The Central Institute for Economic Management (CIEM) with the support of the Australia Supports Economic Reform in Vietnam (Aus4reform) held a seminar with the theme “Developing the labor market to promote economic restructuring in Vietnam” this morning.
|Only 24.5 percent of workers certified.|
CIEM research team said that one of the most important contents of economic restructuring process and growth model innovation in Vietnam is gradual transition from growth based on increasing the number of production inputs to growth based on increased productivity, labor quality, application of science and technology and innovation.
To do so, Vietnam needs to change its resource allocation mechanism with the orientation towards positive transition of production resources to more competitive, higher labor productivity and contribute better to the economic development of Vietnam, including manpower resources.
For recent years, Vietnam's labor market has made certain improvements to the legal framework for the labor market development, the quality improvement and competitiveness of human resources and job creation.
There has been a shift of labor from the agricultural sector to the industrial and service sectors; from the informal sector to the formal sector, from unstable jobs and freelance including self-employment, unpaid family work to stable and sustainable jobs; from simple jobs to occupations that require expertise and high technology; from low productivity areas to higher labor productivity. Employees' awareness of social insurance and unemployment insurance has improved significantly; therefore, the number of employees participating in social insurance and voluntary unemployment insurance has increased significantly compared to before.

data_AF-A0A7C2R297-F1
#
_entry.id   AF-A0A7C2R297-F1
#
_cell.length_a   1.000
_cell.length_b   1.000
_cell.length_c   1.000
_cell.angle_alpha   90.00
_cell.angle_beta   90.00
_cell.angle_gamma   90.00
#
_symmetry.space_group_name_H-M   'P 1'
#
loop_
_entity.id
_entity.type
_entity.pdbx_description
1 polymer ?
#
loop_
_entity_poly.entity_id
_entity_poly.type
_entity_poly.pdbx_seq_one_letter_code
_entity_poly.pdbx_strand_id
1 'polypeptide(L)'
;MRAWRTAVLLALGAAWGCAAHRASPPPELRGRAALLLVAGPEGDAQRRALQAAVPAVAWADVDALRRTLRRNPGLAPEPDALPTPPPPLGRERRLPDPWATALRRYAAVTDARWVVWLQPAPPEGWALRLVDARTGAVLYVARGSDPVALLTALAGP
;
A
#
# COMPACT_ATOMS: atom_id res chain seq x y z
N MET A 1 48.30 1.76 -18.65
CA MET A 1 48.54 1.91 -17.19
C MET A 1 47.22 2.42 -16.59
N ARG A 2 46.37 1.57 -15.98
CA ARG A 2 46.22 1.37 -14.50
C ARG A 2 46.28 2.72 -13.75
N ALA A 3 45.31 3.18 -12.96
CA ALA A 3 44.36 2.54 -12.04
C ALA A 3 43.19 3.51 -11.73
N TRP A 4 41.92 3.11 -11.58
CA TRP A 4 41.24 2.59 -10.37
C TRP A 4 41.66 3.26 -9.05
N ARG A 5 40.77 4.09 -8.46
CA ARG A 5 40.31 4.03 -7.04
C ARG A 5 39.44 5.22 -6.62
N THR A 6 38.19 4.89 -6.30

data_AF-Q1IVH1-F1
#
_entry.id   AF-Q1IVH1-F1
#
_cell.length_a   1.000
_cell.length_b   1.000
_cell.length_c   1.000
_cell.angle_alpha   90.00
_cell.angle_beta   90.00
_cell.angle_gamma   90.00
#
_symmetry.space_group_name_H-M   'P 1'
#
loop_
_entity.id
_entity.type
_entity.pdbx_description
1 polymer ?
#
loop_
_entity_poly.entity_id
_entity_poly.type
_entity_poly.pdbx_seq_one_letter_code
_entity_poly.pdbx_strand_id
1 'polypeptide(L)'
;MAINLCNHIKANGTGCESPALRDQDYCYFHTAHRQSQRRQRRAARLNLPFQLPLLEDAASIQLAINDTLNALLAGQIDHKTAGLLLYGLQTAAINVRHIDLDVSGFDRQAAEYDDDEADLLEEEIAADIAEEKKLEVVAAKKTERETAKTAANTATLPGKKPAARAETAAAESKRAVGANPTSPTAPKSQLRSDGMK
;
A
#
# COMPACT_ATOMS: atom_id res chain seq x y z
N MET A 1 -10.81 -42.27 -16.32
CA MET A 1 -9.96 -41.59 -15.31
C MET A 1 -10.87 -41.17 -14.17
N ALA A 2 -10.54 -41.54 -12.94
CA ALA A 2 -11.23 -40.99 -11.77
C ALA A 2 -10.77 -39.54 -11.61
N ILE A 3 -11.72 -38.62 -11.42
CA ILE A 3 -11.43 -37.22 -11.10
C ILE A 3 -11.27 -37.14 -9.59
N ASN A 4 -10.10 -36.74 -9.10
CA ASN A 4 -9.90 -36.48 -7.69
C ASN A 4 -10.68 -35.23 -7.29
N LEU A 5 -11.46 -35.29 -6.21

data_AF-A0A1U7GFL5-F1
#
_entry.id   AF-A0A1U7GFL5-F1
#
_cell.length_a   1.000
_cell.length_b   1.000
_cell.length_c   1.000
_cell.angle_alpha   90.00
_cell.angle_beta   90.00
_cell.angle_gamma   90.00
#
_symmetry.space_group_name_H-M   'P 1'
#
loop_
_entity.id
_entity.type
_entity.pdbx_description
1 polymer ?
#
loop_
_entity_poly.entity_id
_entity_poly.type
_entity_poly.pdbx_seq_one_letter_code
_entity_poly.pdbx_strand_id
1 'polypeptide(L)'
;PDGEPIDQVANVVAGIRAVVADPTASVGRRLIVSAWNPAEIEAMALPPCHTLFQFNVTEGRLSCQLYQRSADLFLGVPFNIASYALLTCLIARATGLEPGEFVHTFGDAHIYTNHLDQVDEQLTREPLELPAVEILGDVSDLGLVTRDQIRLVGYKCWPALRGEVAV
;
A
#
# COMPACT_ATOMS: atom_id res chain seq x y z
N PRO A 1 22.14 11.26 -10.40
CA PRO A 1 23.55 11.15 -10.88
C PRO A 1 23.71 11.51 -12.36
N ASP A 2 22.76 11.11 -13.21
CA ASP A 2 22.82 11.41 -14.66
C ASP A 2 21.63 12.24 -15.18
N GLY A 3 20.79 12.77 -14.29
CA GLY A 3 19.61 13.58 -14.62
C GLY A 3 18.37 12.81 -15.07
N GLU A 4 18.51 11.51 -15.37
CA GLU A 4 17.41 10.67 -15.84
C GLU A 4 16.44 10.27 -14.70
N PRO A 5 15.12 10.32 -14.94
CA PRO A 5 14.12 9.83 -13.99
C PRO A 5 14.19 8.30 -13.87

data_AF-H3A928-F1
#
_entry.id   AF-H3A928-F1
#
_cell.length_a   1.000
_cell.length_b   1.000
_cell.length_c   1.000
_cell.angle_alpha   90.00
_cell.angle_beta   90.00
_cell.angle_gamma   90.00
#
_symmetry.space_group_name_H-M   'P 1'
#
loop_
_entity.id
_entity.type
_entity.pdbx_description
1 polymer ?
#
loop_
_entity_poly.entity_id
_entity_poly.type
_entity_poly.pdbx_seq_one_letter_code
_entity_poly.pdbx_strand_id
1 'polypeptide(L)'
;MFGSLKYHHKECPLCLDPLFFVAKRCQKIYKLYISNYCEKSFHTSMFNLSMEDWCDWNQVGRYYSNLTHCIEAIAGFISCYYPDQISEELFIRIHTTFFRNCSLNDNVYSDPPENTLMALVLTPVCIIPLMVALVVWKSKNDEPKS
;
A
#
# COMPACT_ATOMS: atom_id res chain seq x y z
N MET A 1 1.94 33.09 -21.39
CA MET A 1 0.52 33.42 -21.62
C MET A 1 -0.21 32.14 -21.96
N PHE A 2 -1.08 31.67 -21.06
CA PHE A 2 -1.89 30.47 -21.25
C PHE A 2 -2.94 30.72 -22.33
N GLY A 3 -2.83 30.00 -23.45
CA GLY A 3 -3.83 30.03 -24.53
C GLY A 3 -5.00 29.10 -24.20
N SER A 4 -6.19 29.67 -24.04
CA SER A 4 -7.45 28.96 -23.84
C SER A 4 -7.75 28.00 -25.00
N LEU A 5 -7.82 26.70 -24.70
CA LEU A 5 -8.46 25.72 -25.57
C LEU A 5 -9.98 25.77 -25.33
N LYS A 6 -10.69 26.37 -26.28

However, there is still an abundance of laborers in Vietnam while job quality is not high; uneven development; plus, there is a serious imbalance in labor supply-demand among regions and economic sectors.
According to the report, the unofficial and unskilled workers still account for mainly whereas trained workers with certificates and qualifications are still low, reaching only 24.5 percent by 2020.
The research team proposed that in the coming period when the international economic context sees many unpredictable changes and changes, coupled with the strong development of the Industrial Revolution 4.0 and climate change, Vietnam needs to focus on improving institutions, human resource training, and job creation.
In addition, the salary policy for employees should be considered and adjusted at the same time with the development of intermediary institutions, welfare mechanisms, and social insurance for employees to promote market development towards modernization, efficiency and integration with the regional and international labor markets, towards the goal of restructuring the economy in the direction of modernization to take Vietnam in to the group of upper middle-income countries.
Associate Professor Dinh Trong Thinh, a senior lecture of the Academy of Finance speaks about the Government’s proposal to not increase the monthly basic salary for civil servants and public employees next year.
Human resources are vital for any country and a measure of social progress, equality, and sustainable growth.